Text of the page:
Medals for mettle: Students’ achievements are honored

By Sean Barron


Alexairys Rosario beamed with pride as she looked at the gold medallion draped around her neck.

She didn’t finish first in a marathon, a swimming competition or other athletic competition on the track or field, but did achieve a winning performance academically in the classroom.

“It’s amazing. I never thought I would accomplish this,” the Rayen Early College sixth-grader and violin player said. “I feel proud of myself.”

Suffice it to say that she and 399 other Youngstown City Schools students in grades three to 12 throughout the district shared such feelings, because they took home medallions after Sunday afternoon’s sixth annual Youngstown Academic Achievement Olympiad at the Covelli Centre downtown.

In a manner similar to the Olympics, the youngsters received gold, silver and bronze medallions for having maintained A, B and C averages, respectively, during the 2015-16 school year.

Sponsoring the 45-minute ceremony was the F.A.M.I.L.Y. Empowerment Student Achievement Institute.

The primary purpose of the institute, founded in 2006 in San Diego, is to assist the district in moving toward academic excellence, the highest of the five rankings on the state report card, noted Carol McWilson, co-founder.

McWilson said she hopes the achievers also will inspire other students to strive for academic excellence and for families to support their children’s educational endeavors.

McWilson also debunked what she said is some people’s belief that many district students are uninterested in trying to attain high educational achievements and that many parents are apathetic. She countered that claim by noting that hundreds came on the weekend to the Olympiad, even though the event had no food, entertainment or other offerings.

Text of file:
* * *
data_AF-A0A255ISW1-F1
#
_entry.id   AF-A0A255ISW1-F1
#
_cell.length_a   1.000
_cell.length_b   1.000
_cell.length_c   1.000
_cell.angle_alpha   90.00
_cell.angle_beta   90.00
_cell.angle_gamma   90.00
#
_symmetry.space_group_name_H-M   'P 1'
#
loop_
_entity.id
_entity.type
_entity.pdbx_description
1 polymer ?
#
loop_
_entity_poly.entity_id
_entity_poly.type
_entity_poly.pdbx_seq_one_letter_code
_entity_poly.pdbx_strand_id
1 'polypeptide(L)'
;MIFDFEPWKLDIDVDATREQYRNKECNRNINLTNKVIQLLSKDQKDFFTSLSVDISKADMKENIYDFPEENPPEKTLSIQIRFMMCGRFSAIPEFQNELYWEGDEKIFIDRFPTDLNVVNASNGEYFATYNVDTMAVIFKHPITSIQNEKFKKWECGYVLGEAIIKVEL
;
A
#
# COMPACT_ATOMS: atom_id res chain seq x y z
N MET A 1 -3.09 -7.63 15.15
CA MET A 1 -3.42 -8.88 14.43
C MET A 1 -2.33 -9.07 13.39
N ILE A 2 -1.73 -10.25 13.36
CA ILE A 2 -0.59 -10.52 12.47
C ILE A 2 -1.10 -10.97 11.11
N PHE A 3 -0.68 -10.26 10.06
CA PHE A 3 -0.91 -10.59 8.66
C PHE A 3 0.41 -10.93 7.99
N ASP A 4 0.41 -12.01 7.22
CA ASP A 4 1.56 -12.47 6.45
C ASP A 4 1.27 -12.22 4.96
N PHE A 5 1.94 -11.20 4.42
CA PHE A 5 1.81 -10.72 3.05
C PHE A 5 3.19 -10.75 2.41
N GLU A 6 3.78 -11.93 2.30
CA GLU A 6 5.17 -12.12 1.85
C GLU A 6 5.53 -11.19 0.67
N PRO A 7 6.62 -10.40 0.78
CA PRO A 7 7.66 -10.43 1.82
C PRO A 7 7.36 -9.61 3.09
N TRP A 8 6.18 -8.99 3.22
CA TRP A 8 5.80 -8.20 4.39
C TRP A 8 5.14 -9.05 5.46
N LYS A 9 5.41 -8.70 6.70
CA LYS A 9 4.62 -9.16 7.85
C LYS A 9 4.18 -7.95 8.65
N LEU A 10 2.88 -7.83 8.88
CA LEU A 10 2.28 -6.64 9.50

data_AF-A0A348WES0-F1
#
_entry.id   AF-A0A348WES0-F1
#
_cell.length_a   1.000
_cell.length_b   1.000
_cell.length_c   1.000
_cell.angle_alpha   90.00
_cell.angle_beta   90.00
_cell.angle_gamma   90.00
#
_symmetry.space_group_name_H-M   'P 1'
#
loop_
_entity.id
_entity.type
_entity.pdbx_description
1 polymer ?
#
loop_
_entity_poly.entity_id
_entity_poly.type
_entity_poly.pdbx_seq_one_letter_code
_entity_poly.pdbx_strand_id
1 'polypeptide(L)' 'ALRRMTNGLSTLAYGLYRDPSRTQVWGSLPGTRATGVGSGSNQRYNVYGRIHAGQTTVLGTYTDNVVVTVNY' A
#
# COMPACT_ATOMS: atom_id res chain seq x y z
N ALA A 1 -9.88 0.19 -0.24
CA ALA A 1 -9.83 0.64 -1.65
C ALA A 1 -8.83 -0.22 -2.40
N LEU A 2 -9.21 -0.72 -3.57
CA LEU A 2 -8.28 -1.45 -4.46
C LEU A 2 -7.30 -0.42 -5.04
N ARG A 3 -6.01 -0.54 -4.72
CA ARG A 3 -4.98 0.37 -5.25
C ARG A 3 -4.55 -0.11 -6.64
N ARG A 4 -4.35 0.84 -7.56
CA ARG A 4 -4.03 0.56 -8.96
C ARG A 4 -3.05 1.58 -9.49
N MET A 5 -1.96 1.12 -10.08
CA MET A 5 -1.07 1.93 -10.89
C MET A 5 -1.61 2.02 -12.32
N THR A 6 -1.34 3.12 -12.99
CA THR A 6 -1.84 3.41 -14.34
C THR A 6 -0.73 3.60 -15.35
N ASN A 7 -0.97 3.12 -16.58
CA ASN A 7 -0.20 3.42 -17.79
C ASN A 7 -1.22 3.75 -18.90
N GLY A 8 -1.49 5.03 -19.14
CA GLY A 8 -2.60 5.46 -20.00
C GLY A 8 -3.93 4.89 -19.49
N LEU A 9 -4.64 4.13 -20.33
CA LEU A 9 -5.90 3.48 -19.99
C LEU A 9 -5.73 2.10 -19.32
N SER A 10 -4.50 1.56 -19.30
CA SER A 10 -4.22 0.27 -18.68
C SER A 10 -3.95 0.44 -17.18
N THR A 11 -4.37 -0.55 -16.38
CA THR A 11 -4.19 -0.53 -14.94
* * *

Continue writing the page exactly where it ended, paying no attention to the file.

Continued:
“We want to change the narrative in the community, and we are supposed to be focused like a laser on the academic achievement of these children. All other discussions are irrelevant,” said her husband, Jimma McWilson, chairman of the Youngstown NAACP chapter’s Educational Justice Committee. “Family empowerment equals student achievement.”

Youngsters are born with the innate capacity to achieve and learn; it’s up to those who work with students to bring it out of them, regardless of their race, religion or ethnicity, Jimma McWilson continued.

George Freeman Jr., the local NAACP chapter’s president, told his audience of students and their families he felt that some people “at the top” didn’t have the students’ best interests at heart. Consequently, the civil-rights organization stepped in to “push to get the best things possible for the students,” he added.

Education is a key tool for building thriving communities, said Kathleen Austrino, a retired librarian and former president of Altrusa International of Youngstown Inc., which is a group of professional women dedicated to community service and volunteerism.

For her part, Alexairys, the sixth-grader who listed language arts as her favorite subject, is dedicated to to earning straight A’s this school year. She had some practical advice for students who are struggling.

“It’s never too late to fix your mistakes or improve your grades,” she said.

Additional remarks came from Tyrone Olverson, the district’s new chief academic officer; Linda Hoey, director of the YCS’ Parent Pathways program; and Pamela Collins, the F.A.M.I.L.Y. Empowerment Student Achievement Institute’s co-president.